A New York Times article published on Thursday details a number of allegations that noted Jewish philanthropist Michael Steinhardt made unwelcome sexual comments to women. Now, the Steinhardt Foundation for Jewish Life is considering legal action in response, as they believe the article gave “the false impression that Michael propositioned a handful of women.”
The piece in question names several women, including employees of Hillel International and Birthright Israel, who claim that Steinhardt asked them to have sex “or made sexual requests of them.” Six women reportedly recalled their experiences during interviews by the Times and ProPublica. Additionally, Rabbi Rachel Sabath Beit-Halachmi characterized Steinardt’s behavior by saying, “He set a horrifying standard of what women who work in the Jewish community were expected to endure.”
The article echoes much of what was in a September 2018 article in the The New York Jewish Week, which was written by the same author who shares a byline for the Times piece.
The Steinhardt Foundation, meanwhile, acknowledges that Mr. Steinhardt has made jokes that didn’t always go over well (and has apologized for them), but denies that he engaged in any behavior that warranted such a report.
In a statement (which can be read in full here), the Foundation said that the Times article inaccurately portrayed Steinhardt as someone who made unwelcome sexual advances towards women.
“He, of course, did no such thing,” the statement says. “Nor does the article actually claim that he ever tried to have sex with anyone. But the innuendo and purposeful distortions are clearly designed to harm Michael and mislead readers.”
Law&Crime reached out to the Times for comment but they have not responded.
The Foundation goes on to say that while Steinhardt has made tasteless jokes, they were nothing more than crude attempts at humor and not actual propositions.
“Admittedly, Michael’s sense of humor can be insensitive, and he has apologized for the unintended bad feelings his remarks have caused,” the statement continues. “As he said months ago: ‘I am sorry and deeply regret causing any embarrassment, discomfort or pain which was never my intention.'”
Steinhardt’s full response to the Times, which was only partially quoted in their article, said:
In my nearly 80 years on earth I have never tried to touch any woman or man inappropriately. As I have said before, I deeply regret cavalierly making comments in professional settings that were boorish, disrespectful and just plain dumb. They were part of my shtick since before I had a penny to my name, and I unequivocally meant them in jest. I fully understand why they were inappropriate. I am sorry. I never intended to cause any embarrassment, discomfort or pain.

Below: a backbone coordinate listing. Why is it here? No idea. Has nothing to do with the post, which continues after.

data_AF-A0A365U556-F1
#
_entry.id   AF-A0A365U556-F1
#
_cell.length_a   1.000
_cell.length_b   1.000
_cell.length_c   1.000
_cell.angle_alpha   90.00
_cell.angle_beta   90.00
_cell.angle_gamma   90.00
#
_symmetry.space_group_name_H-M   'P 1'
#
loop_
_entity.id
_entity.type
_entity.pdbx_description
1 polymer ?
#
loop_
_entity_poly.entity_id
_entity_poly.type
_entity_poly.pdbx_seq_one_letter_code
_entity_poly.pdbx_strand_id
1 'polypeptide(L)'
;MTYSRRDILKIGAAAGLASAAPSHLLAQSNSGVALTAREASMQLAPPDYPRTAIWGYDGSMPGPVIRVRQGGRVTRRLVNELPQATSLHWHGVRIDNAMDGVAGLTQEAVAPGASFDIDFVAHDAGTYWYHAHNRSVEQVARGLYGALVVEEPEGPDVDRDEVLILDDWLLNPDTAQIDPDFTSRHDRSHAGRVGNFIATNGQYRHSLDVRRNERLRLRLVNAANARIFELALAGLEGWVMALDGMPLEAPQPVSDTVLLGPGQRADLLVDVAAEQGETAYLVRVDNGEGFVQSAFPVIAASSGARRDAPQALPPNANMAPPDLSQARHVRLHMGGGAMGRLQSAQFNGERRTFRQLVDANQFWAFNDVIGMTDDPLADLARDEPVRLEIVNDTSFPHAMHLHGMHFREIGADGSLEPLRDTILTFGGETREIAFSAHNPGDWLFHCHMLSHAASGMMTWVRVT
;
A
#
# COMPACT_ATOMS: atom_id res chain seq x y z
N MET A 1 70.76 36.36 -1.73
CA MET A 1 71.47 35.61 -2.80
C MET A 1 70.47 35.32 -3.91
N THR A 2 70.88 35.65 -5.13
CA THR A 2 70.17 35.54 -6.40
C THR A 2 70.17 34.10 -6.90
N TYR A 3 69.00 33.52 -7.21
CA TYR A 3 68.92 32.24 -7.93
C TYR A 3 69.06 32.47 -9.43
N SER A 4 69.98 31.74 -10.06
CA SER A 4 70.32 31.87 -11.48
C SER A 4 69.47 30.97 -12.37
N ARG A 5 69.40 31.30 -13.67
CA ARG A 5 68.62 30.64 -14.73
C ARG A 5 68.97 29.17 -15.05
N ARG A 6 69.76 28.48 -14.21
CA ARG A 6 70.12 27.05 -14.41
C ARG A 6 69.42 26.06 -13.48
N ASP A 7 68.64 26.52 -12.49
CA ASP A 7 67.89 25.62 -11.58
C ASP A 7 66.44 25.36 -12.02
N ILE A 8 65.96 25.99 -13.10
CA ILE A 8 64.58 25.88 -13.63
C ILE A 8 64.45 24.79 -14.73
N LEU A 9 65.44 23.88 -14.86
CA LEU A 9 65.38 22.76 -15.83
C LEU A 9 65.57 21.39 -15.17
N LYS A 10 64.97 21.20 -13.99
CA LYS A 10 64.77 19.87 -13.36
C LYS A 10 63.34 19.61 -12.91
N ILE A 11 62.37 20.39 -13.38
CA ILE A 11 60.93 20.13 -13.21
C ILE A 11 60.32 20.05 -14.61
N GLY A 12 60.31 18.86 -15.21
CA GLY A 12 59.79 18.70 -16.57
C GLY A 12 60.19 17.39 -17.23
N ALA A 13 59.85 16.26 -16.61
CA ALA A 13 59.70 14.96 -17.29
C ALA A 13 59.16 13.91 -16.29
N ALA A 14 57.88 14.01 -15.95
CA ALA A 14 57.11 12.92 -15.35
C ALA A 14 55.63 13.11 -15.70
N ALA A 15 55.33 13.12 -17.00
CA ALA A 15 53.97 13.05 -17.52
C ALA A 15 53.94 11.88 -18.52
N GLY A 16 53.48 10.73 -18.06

There’s no dispute that my attempts at humor could be provocative. As an example, it’s well known that I would often say at events with young people, “Look around, if any of you who are here now marry each other I will give you a free honeymoon on a Caribbean Island.” And I gave 30 or 40 honeymoons. It was a conspicuous pattern. I hope my inappropriate banter, which was always meant in a lighthearted way, does not now become twisted into being something it is not.
The Foundation also noted that Steinhardt “is an equal-opportunity teaser — teasing men and women alike,” but that the Times glossed over this because it “doesn’t make for a great story.” The Times did note that Steinhardt “could be harsh with men,” but the focus of the article was comments he allegedly made towards women The Foundation also claimed that despite the accounts from half a dozen women about Steinhardt’s behavior, one of the authors had in fact contacted many others who did not back up the story’s narrative.
“We have received many phone calls over the past six months from Jewish professionals who say the lead reporter on the story tried to pressure them to conjure up stories they did not believe ever occurred,” the Foundation said. “They say the reporter became angry when she was told that things did not happen the way she was insisting they did. The reporter ignored that hundreds of Jewish professionals, art dealers, education experts, and conservationists always realized Michael was never being serious.”
A source close to Steinhardt told Law&Crime that one particular part of the Times report was false, and that the newspaper did not fact-check it with the Foundation. This was in reference to a portion of the article that said that someone who once worked for the Foundation left because of Steinhardt’s behavior. In reality, according to the source, this person was “terminated during a screaming match about unrelated issues in front of a group of people.” The source said, “It is pathetic that the times didn’t check on this before publishing this fake version of events.”
It remains to be seen whether the Foundation will indeed take legal action against the newspaper, as they have yet to make a decision on the matter.
[Image via Jason Kempin/Getty Images]
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